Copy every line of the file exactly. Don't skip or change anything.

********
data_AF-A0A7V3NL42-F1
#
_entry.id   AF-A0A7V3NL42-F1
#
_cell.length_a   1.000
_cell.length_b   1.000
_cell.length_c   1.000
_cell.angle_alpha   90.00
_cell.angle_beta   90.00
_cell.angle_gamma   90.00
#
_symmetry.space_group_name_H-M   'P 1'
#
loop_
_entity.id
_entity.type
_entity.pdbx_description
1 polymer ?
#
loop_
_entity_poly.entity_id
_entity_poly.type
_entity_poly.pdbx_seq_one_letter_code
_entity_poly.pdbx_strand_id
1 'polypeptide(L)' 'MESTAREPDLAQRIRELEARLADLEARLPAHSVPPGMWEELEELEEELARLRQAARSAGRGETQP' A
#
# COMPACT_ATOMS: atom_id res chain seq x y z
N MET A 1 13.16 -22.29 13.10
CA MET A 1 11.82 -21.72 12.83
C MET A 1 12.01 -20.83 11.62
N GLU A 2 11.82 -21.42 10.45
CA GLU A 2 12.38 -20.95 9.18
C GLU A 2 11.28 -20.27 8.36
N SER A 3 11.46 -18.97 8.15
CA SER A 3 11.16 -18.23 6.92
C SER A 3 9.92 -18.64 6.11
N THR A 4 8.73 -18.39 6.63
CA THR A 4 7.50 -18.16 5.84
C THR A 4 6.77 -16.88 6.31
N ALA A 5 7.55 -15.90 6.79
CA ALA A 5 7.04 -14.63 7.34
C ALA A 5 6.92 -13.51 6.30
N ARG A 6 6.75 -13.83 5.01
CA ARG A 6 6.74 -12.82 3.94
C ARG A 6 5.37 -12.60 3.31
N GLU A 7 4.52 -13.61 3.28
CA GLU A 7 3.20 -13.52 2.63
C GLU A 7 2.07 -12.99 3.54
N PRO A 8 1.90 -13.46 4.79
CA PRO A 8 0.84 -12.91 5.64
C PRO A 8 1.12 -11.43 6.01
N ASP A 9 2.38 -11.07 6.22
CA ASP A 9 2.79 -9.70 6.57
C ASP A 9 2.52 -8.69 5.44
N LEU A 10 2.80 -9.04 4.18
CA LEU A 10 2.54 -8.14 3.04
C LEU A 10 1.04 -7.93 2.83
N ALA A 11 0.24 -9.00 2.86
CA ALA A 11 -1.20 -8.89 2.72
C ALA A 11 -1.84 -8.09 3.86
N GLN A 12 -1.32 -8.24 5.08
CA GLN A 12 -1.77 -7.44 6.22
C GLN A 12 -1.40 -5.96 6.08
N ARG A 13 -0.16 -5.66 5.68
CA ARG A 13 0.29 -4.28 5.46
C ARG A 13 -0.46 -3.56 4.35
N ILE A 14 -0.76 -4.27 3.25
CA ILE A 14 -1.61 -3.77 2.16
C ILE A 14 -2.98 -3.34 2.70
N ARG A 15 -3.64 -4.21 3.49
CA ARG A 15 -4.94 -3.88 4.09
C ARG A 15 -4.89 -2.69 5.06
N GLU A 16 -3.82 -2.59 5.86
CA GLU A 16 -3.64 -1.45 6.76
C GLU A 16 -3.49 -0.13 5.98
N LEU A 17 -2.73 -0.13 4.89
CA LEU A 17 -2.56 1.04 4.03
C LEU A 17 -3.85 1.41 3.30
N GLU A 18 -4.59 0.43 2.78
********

data_AF-A0A7V3NL42-F1
#
_entry.id   AF-A0A7V3NL42-F1
#
_cell.length_a   1.000
_cell.length_b   1.000
_cell.length_c   1.000
_cell.angle_alpha   90.00
_cell.angle_beta   90.00
_cell.angle_gamma   90.00
#
_symmetry.space_group_name_H-M   'P 1'
#
loop_
_entity.id
_entity.type
_entity.pdbx_description
1 polymer ?
#
loop_
_entity_poly.entity_id
_entity_poly.type
_entity_poly.pdbx_seq_one_letter_code
_entity_poly.pdbx_strand_id
1 'polypeptide(L)' 'MESTAREPDLAQRIRELEARLADLEARLPAHSVPPGMWEELEELEEELARLRQAARSAGRGETQP' A
#
# COMPACT_ATOMS: atom_id res chain seq x y z
N MET A 1 13.16 -22.29 13.10
CA MET A 1 11.82 -21.72 12.83
C MET A 1 12.01 -20.83 11.62
N GLU A 2 11.82 -21.42 10.45
CA GLU A 2 12.38 -20.95 9.18
C GLU A 2 11.28 -20.27 8.36
N SER A 3 11.46 -18.97 8.15
CA SER A 3 11.16 -18.23 6.92
C SER A 3 9.92 -18.64 6.11
N THR A 4 8.73 -18.39 6.63
CA THR A 4 7.50 -18.16 5.84
C THR A 4 6.77 -16.88 6.31
N ALA A 5 7.55 -15.90 6.79
CA ALA A 5 7.04 -14.63 7.34
C ALA A 5 6.92 -13.51 6.30
N ARG A 6 6.75 -13.83 5.01
CA ARG A 6 6.74 -12.82 3.94
C ARG A 6 5.37 -12.60 3.31
N GLU A 7 4.52 -13.61 3.28
CA GLU A 7 3.20 -13.52 2.63
C GLU A 7 2.07 -12.99 3.54
N PRO A 8 1.90 -13.46 4.79
CA PRO A 8 0.84 -12.91 5.64
C PRO A 8 1.12 -11.43 6.01
N ASP A 9 2.38 -11.07 6.22
CA ASP A 9 2.79 -9.70 6.57
C ASP A 9 2.52 -8.69 5.44
N LEU A 10 2.80 -9.04 4.18
CA LEU A 10 2.54 -8.14 3.04
C LEU A 10 1.04 -7.93 2.83
N ALA A 11 0.24 -9.00 2.86
CA ALA A 11 -1.20 -8.89 2.72
C ALA A 11 -1.84 -8.09 3.86
N GLN A 12 -1.32 -8.24 5.08
CA GLN A 12 -1.77 -7.44 6.22
C GLN A 12 -1.40 -5.96 6.08
N ARG A 13 -0.16 -5.66 5.68
CA ARG A 13 0.29 -4.28 5.46
C ARG A 13 -0.46 -3.56 4.35
N ILE A 14 -0.76 -4.27 3.25
CA ILE A 14 -1.61 -3.77 2.16
C ILE A 14 -2.98 -3.34 2.70
N ARG A 15 -3.64 -4.21 3.49
CA ARG A 15 -4.94 -3.88 4.09
C ARG A 15 -4.89 -2.69 5.06
N GLU A 16 -3.82 -2.59 5.86
CA GLU A 16 -3.64 -1.45 6.76
C GLU A 16 -3.49 -0.13 5.98
N LEU A 17 -2.73 -0.13 4.89
CA LEU A 17 -2.56 1.04 4.03
C LEU A 17 -3.85 1.41 3.30
N GLU A 18 -4.59 0.43 2.78